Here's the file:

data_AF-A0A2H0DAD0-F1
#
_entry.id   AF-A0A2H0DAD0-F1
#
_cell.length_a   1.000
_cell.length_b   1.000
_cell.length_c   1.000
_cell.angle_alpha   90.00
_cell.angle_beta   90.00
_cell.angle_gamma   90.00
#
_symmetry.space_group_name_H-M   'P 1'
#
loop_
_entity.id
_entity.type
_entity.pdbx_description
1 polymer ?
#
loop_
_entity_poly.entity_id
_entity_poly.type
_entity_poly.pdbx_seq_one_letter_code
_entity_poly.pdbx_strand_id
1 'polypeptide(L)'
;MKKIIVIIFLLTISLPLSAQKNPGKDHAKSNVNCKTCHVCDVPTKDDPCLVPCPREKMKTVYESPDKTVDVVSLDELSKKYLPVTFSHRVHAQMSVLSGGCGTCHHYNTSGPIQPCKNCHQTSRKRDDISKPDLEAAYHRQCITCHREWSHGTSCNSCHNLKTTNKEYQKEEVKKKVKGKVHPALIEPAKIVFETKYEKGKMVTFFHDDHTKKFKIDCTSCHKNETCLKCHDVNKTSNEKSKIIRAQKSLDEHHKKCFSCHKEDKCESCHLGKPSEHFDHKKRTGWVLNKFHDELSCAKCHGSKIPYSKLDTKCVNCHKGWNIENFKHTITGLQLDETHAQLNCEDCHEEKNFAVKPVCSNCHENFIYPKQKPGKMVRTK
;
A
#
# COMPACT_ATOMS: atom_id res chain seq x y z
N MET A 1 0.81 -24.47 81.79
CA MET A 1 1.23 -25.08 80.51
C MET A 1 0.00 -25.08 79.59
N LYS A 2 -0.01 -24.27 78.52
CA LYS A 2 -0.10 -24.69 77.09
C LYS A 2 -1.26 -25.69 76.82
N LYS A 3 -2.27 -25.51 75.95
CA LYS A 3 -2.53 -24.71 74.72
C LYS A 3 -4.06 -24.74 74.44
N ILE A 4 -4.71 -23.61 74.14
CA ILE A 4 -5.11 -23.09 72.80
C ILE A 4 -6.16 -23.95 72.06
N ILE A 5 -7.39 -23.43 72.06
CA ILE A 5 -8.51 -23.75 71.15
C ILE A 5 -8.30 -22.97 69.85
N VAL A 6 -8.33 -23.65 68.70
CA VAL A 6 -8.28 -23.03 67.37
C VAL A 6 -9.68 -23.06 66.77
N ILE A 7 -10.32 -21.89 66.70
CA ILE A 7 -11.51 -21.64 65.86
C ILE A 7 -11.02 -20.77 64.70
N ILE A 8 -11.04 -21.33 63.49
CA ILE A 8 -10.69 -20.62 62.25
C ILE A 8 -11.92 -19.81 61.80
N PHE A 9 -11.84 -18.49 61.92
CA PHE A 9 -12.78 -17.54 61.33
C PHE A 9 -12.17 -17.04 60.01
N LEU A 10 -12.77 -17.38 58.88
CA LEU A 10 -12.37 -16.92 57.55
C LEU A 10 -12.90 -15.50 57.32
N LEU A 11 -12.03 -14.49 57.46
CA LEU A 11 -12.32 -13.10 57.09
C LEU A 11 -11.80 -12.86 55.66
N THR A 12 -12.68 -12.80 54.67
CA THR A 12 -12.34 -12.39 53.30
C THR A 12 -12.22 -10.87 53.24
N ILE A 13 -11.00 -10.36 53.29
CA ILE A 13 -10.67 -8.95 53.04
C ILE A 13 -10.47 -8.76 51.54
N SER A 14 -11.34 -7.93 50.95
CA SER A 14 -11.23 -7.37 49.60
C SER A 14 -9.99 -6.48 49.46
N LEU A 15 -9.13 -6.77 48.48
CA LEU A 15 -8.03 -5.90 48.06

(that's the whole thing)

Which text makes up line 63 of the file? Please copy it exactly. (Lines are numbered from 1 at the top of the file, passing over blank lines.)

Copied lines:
C LEU A 11 -11.80 -12.86 55.66